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I read somewhere (I think it was Bill Bryson's book on the origins of the English language) that of all animals, we are the only ones that can choke on food (having something to do with how our larynx is positioned). I'm unable to find reference to this fact online however, and am curious if this is just my having misunderstood something (or Bill having led me astray!).

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From the Smithsonian website:

Humans are the only mammal that cannot breathe and swallow at the same time, and we are the only species that can choke on its own food. The reason? The lowering of the voice box in our throats (during infancy) enables us to create the enormous range of sounds used in producing language; but this lowering of the voice box comes at a big cost in adulthood.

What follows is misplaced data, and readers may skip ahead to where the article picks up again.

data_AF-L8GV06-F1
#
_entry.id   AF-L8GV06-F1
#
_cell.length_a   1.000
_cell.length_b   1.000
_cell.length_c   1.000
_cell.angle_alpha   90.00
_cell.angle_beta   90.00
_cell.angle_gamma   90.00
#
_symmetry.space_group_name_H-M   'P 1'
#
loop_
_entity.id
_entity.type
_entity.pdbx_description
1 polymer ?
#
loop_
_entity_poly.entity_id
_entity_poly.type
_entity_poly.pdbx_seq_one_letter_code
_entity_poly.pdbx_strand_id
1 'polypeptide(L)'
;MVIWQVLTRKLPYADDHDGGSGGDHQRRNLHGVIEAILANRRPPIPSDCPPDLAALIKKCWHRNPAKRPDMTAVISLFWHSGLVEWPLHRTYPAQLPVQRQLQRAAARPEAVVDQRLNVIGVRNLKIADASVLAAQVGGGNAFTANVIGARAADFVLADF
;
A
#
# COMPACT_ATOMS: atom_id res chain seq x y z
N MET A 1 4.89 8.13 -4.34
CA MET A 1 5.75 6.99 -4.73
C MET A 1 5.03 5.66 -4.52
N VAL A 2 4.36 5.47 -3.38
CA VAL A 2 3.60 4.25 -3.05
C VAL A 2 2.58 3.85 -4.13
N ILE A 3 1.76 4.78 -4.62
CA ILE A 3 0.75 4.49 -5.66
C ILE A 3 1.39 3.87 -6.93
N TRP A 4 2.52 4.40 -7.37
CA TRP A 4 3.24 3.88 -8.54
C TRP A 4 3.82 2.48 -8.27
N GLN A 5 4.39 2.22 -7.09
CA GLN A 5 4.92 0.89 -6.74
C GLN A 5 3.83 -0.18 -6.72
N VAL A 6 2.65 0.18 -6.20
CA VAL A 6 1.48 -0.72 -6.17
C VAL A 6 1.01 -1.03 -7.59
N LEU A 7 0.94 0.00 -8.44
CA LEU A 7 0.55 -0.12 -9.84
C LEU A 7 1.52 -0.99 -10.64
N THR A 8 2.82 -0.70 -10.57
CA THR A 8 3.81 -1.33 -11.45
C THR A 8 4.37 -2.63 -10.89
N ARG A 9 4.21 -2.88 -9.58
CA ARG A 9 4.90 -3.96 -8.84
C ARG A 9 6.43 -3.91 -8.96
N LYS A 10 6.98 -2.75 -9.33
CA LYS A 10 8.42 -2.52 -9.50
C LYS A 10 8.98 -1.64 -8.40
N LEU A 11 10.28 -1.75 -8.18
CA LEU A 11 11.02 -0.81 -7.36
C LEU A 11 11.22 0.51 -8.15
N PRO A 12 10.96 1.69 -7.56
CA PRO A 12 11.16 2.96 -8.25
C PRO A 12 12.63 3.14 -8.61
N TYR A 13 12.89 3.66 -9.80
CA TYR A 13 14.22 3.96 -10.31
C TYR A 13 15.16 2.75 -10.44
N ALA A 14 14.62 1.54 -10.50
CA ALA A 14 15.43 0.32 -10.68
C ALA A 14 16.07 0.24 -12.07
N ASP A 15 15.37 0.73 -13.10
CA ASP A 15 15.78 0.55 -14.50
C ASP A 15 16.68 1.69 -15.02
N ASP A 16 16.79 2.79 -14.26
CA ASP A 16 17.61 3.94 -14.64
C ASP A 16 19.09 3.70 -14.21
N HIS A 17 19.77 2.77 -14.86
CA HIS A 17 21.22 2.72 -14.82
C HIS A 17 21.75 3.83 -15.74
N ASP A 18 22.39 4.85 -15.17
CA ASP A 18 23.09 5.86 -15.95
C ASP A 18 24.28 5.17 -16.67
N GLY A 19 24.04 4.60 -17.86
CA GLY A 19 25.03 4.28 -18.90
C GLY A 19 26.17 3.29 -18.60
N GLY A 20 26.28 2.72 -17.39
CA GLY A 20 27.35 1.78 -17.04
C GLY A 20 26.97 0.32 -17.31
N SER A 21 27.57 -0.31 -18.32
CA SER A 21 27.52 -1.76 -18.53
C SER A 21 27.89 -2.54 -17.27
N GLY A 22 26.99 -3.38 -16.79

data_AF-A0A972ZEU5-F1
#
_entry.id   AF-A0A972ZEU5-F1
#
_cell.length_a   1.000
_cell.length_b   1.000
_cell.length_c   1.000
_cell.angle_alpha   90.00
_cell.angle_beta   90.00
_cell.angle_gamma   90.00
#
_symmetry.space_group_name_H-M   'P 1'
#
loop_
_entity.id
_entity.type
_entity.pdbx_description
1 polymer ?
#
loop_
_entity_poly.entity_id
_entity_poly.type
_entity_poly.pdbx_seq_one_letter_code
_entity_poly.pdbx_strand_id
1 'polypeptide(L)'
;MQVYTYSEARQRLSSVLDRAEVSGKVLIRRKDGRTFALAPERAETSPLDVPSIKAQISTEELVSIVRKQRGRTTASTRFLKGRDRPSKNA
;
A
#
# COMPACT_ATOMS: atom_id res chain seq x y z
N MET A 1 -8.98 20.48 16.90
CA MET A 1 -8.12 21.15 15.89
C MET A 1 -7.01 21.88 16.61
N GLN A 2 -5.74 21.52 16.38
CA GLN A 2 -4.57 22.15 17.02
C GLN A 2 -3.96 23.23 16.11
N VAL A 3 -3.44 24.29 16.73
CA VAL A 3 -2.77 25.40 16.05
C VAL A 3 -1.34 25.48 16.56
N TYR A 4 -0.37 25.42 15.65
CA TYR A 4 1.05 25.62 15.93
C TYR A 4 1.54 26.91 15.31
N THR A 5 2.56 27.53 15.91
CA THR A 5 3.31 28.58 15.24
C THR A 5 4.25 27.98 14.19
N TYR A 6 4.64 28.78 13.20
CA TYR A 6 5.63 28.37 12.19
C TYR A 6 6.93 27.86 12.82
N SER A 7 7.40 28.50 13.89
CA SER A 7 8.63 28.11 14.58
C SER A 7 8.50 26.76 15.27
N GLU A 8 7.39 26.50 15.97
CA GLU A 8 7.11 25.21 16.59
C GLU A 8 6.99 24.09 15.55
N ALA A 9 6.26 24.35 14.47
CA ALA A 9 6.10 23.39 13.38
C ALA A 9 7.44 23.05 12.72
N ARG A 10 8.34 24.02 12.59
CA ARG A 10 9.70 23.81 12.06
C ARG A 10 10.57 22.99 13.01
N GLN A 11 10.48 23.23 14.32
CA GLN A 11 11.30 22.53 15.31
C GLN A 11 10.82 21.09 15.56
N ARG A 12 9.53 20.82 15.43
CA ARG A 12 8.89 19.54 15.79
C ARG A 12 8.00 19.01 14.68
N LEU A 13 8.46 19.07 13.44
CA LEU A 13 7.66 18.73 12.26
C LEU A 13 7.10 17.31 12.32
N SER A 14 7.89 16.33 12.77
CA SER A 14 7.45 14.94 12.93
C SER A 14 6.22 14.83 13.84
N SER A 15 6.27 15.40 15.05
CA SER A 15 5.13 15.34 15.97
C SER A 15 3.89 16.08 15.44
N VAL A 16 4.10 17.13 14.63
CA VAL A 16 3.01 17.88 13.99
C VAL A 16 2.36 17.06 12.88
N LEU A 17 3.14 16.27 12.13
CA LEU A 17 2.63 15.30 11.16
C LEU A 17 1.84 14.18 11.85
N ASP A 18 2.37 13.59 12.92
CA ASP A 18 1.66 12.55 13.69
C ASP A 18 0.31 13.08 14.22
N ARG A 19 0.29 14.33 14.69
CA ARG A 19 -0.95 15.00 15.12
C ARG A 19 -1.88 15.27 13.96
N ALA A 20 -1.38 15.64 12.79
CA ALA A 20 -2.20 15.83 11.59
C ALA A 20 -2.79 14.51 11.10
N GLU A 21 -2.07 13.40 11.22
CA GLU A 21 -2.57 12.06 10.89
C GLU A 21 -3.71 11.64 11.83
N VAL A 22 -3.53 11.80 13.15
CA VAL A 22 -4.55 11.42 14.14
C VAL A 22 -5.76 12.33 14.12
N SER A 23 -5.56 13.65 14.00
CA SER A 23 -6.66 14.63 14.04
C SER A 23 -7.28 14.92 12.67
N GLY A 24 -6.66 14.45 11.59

http://newsdesk.si.edu/factsheets/did-you-know-human-origins-facts

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The veterinarian in our group offers this: For humans, who choke much more frequently than other mammals, it is likely to be a cognitive problem. We talk and eat at the same time and so give ample opportunity to allow food passed the epiglottis and choking. Animals do choke - dogs can, cats can. Not all animals can vomit and this is particularly a problem for horses, whose stomachs will rupture instead of releasing contents through the mouth.

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YIKES, didn't know that about the horses. Interesting –  Gabriel Fair Apr 3 '12 at 3:46
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